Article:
Ghost Busters!

I can hardly believe this but it happened. I have been corresponding with a gentleman who was on the board of regents for the The Hydrogen Highway project. He is now part of a renewable energy board and on the board of directors for a water company. I do know the names of all of these entities, I am leaving them out on purpose much the way I did when I was punished for plugging in my electric car in Merced County while I was working for California Forensic Medical Group, but to a completely different end. The water company soon to be a power company is embarking on a project to create a renewable community. They have asked me to to take charge of the electric car and renewable transportation side of the project with an emphasis on electric car conversions. Already I have been asked to spec out and write proposals for the following:
1969 Porsche 911, Austin Healey Bug eye, and a Ford Lightening (pickup). I have also been told that the company owns an abandoned firehouse which we can use for a conversion shop.

On a completely different note I replaced a ground wire with a much more suitable one and repaired and hooked up the license plate lights.

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This Is Only a Test…

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Good evening all whoever you may be, I have so much to say! I better take a deep breath and start from the beginning. Two weeks ago I had fished some wires through to the console and was waiting for Dave to come over to help me with the brakes. Well he did. We soon came to the conclusion that we weren’t going to be able to do them comfortably in my garage. Dave suggested going to his house, getting the trailer and taking the car up there so we could put it on the lift. Smashing idea, and we did just that. Ah but I get ahead of myself. Back in my garage we moved the cars that needed to be moved and cleared a space for the trailer and the 914. The plan was the 914 would roll off the ramps and down the drivewayand up onto the trailer. We pulled the chaulks and Dave pushed and I got in and steered. When the car only rooled halfway down the ramps and stopped, we realized the brakes were locked up and now it was a really good idea to get the car to Daves. One we finally did get the car up there I pulled all of the brakes and checked all of the wheel bearings.  I dismantled all of the calipers and put all four of them  in my car. I figured I could work on them at home. This turned out to be a good idea because of what happened next.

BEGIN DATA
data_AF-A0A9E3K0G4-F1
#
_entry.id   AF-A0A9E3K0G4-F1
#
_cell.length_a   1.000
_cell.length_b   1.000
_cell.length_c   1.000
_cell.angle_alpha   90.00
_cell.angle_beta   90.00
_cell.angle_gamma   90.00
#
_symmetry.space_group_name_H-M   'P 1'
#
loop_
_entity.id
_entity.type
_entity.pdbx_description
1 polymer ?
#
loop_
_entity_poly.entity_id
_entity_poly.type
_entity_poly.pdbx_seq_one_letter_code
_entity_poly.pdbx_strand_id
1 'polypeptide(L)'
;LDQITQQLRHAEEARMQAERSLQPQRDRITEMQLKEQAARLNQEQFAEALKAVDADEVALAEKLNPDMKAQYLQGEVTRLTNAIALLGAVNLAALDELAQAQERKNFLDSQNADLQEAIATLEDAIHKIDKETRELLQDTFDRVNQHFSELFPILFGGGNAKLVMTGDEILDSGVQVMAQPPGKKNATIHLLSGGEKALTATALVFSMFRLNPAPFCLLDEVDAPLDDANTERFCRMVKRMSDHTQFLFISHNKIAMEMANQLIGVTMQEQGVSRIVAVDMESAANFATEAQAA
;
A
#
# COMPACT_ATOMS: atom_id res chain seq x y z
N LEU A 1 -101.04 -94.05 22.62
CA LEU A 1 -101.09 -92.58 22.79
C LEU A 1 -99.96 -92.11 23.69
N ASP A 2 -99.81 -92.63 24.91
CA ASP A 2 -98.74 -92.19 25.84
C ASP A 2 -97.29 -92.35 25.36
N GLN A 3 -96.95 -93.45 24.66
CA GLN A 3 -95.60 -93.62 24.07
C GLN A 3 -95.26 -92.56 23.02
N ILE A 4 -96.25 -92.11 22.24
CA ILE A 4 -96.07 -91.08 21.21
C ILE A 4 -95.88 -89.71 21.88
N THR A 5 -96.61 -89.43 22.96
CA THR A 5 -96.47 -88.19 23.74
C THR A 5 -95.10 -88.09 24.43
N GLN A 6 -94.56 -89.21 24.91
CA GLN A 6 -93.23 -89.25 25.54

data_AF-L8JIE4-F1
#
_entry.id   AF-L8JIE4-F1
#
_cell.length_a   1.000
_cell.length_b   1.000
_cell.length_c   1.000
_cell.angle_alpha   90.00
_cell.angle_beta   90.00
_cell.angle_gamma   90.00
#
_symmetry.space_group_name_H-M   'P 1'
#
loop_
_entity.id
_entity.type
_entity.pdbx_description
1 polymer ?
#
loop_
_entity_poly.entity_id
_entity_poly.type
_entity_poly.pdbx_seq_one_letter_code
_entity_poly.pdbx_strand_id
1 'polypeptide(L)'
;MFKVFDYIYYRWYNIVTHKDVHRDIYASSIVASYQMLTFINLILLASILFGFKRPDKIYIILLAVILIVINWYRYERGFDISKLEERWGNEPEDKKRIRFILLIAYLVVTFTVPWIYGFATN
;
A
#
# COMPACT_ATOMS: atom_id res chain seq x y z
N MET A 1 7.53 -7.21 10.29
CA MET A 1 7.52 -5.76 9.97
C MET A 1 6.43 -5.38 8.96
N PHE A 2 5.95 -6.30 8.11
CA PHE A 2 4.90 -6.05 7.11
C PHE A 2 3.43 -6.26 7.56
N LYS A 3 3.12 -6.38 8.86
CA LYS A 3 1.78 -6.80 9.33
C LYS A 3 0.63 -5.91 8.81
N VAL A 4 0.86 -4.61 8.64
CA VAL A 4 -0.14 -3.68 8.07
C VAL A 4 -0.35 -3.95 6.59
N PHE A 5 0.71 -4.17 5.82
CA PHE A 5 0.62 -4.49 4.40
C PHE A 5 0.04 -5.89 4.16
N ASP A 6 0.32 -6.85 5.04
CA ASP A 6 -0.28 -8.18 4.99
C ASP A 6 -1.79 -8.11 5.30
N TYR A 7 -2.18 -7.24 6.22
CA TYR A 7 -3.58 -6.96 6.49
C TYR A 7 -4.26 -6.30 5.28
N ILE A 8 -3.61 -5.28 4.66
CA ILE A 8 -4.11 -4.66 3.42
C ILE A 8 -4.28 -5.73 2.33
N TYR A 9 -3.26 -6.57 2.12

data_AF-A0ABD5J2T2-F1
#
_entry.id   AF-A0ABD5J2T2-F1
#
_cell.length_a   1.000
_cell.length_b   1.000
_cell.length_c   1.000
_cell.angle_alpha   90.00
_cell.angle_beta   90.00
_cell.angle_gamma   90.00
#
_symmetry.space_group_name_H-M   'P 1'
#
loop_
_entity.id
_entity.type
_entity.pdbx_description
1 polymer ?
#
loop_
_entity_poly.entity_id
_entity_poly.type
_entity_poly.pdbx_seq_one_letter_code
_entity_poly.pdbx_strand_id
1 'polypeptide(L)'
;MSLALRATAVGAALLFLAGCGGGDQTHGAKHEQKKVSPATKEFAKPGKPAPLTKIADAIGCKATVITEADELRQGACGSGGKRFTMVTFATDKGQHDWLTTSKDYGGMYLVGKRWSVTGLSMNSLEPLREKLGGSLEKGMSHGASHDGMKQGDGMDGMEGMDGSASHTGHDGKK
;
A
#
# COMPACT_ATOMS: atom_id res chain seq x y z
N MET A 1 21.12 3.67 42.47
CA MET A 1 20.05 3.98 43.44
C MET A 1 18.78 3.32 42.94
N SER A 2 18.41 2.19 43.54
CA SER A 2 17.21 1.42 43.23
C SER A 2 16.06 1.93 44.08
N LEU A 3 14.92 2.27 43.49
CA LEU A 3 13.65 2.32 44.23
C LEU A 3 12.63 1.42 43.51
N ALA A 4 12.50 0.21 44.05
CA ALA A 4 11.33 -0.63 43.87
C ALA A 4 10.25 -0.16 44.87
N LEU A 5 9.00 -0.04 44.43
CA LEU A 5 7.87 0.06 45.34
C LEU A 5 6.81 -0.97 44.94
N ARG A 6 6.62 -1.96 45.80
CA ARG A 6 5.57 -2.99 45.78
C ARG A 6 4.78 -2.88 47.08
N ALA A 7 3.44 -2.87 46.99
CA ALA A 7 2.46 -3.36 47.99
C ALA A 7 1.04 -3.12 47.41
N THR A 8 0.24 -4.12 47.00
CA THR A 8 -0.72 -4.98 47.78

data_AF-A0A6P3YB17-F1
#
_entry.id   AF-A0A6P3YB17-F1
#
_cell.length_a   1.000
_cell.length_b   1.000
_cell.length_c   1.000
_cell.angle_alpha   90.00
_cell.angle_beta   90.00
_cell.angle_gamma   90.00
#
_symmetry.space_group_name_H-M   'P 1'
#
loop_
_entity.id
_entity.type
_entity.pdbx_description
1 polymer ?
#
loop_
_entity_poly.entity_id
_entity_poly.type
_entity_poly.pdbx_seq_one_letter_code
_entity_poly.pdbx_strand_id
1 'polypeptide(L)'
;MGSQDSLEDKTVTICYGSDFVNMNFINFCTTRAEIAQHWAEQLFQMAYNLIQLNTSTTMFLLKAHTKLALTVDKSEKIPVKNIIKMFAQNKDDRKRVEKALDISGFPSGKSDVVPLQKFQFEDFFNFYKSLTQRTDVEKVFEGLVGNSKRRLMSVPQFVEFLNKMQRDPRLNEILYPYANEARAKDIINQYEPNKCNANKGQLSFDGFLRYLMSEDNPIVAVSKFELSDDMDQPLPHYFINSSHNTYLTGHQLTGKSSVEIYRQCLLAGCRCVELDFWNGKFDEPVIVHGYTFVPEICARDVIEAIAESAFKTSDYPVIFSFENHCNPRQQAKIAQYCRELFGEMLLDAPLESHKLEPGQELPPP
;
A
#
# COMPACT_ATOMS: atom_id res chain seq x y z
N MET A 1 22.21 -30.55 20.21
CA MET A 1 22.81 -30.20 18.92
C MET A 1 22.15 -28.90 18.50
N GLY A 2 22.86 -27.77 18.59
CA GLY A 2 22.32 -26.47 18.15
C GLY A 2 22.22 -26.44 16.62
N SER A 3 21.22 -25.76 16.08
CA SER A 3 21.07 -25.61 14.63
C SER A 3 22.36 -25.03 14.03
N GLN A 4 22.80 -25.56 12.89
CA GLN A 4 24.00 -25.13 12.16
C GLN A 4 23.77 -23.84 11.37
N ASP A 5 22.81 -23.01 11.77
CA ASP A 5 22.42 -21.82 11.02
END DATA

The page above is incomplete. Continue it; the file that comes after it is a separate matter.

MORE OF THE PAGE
I had to order brake parts and while I was waiting my DC/DC converter arrived in the post. I installed it and wow did that work out  great. So now I have Tunes, Bluetooth, lights, horn (for blind people), and my cooling pump. At this point I decided to hook up the necessary wires to make the darn thing go.  The schematic says if your car normally goes in a clockwise direction use the white Fwd wire, conversely if it goes counter clockwise use the yellow Rev wire. I hooked up the white wire and turned on the ignitionengaged the clutch, put is in gear (remember its up on the rack). My wheels were turning at about 8 rpm and backwards. I figured OK 50/50 shot and tried it with the yellow Rev wire. This time the wheels went the right direction. I then gave it some throttle and it stopped. Let go of the throttle … It goes 8 rpm. I consulted the manuel to make sure I had the throttle hooked up correctly. None of the schematics matched my type of throttle. I found the programming section in the manuel and sat down to program my car. Since I had ordered a DC/DC converter from EV West I thought I would give Matt Haurber a call and let him know how things were going. I told him about my throttle problem and he gave me a pointer similar to the one Jack Rickard at EVTV had given me. This time though I was sitting with the manuel (ipad) and programming through the Spyglass program.